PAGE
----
In developing youth, allergic asthma is the most common chronic condition, with 9%-10% of youth affected. Asthma onset during childhood and adolescence is further associated with other health issues, particularly psychiatric conditions. To understand causal mechanisms by which developmental asthma may lead to altered behavior, brain and health trajectories, we developed a mouse model of developmental allergic asthma. In the current study, we tested for potential long-term effects of developmental asthma on adult lung function and behavior and brain gene expression associated with emotion and stress regulation. We manipulated airway inflammation (AI) and methacholine (MCH)-induced bronchospasm (resulting in labored breathing, LB) in young male and female BALB/cJ mice and measured adult outcomes 3 months after final asthma manipulations. Results indicated that allergen exposure, used to cause AI, and which ended on post-natal day 56 (P56), led to persistent lung AI, mucus buildup and gene expression related to allergic asthma 3 months after final allergen exposure. In addition, at this same age, early allergen exposure led to altered brain gene expression related to stress regulation (prefrontal corticotropin releasing hormone receptor 1, Crhr1 and hippocampal glucocorticoid receptor, GR) and serotonin function (brainstem serotonin transporter, SERT). On the other hand, LB events during development led to altered anxiety-related behavior. Importantly, sex and pre-asthma fear-related behavior (ultrasonic vocalization, USV rates) modulated these adult outcomes. Asthma that develops during childhood/adolescence may have long-term impacts on emotion and stress regulation mechanisms, and these influences may be moderated by sex and pre-asthma temperament.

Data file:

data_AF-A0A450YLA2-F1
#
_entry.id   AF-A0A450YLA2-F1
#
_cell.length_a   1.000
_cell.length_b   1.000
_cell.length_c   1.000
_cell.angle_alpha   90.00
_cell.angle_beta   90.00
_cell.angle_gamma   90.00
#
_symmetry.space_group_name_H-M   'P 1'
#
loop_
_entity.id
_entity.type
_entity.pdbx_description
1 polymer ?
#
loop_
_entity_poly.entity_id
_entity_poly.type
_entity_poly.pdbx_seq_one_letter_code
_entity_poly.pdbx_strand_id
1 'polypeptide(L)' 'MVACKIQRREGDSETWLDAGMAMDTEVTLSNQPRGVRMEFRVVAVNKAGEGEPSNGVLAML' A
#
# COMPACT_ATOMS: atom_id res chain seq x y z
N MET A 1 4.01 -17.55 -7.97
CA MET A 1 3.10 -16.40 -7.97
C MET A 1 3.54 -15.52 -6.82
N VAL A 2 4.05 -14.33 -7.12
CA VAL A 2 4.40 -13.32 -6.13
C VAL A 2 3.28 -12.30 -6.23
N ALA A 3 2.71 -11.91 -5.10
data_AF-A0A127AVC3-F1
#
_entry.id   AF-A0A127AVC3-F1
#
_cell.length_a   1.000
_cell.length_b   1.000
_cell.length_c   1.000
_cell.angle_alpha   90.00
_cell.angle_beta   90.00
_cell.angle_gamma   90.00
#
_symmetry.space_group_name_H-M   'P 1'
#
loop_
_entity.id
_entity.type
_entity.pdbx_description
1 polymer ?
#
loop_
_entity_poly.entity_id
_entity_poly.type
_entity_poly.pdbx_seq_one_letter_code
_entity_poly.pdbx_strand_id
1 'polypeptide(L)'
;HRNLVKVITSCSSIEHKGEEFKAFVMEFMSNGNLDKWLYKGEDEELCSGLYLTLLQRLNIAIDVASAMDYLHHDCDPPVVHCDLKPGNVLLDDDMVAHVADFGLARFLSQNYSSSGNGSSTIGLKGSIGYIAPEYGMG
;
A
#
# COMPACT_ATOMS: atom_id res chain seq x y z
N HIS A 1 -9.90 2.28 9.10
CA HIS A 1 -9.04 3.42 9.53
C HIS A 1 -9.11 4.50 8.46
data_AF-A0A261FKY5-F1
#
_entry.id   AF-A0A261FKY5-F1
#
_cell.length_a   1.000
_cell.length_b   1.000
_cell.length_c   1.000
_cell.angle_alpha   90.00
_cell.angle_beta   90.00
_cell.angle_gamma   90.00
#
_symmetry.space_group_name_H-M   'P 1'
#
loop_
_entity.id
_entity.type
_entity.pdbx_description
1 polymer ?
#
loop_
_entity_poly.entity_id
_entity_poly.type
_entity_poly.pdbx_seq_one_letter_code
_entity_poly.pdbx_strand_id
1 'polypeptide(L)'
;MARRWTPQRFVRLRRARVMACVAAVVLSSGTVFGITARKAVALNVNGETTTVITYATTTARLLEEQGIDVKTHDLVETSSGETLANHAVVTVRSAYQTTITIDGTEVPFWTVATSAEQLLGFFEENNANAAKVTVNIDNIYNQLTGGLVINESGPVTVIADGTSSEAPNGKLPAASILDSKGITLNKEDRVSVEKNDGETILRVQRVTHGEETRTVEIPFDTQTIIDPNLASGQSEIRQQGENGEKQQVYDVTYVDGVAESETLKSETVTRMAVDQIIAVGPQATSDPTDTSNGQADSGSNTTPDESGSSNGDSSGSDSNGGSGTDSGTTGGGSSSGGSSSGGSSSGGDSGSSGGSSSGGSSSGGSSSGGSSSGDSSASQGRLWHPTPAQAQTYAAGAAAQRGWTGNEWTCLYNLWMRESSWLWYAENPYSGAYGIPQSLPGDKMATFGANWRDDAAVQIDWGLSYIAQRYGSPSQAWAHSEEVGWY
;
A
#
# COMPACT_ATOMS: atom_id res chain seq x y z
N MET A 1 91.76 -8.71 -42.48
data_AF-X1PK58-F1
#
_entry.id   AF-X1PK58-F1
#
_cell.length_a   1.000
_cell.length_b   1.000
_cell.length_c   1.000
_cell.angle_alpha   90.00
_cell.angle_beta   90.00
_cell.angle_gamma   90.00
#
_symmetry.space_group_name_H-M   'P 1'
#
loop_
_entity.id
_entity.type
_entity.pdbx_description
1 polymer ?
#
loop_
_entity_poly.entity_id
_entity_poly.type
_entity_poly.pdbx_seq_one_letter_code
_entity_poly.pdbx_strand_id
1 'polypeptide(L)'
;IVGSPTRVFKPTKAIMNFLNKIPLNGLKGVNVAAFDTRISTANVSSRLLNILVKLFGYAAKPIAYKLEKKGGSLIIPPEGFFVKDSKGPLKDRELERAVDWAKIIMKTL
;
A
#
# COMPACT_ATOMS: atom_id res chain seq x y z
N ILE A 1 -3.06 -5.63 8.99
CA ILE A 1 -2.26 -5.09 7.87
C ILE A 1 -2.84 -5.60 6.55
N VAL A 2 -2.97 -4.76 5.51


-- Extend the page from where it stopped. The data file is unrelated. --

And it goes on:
All Science Journal Classification (ASJC) codes
- Neuropsychology and Physiological Psychology
- Cognitive Neuroscience
- Behavioral Neuroscience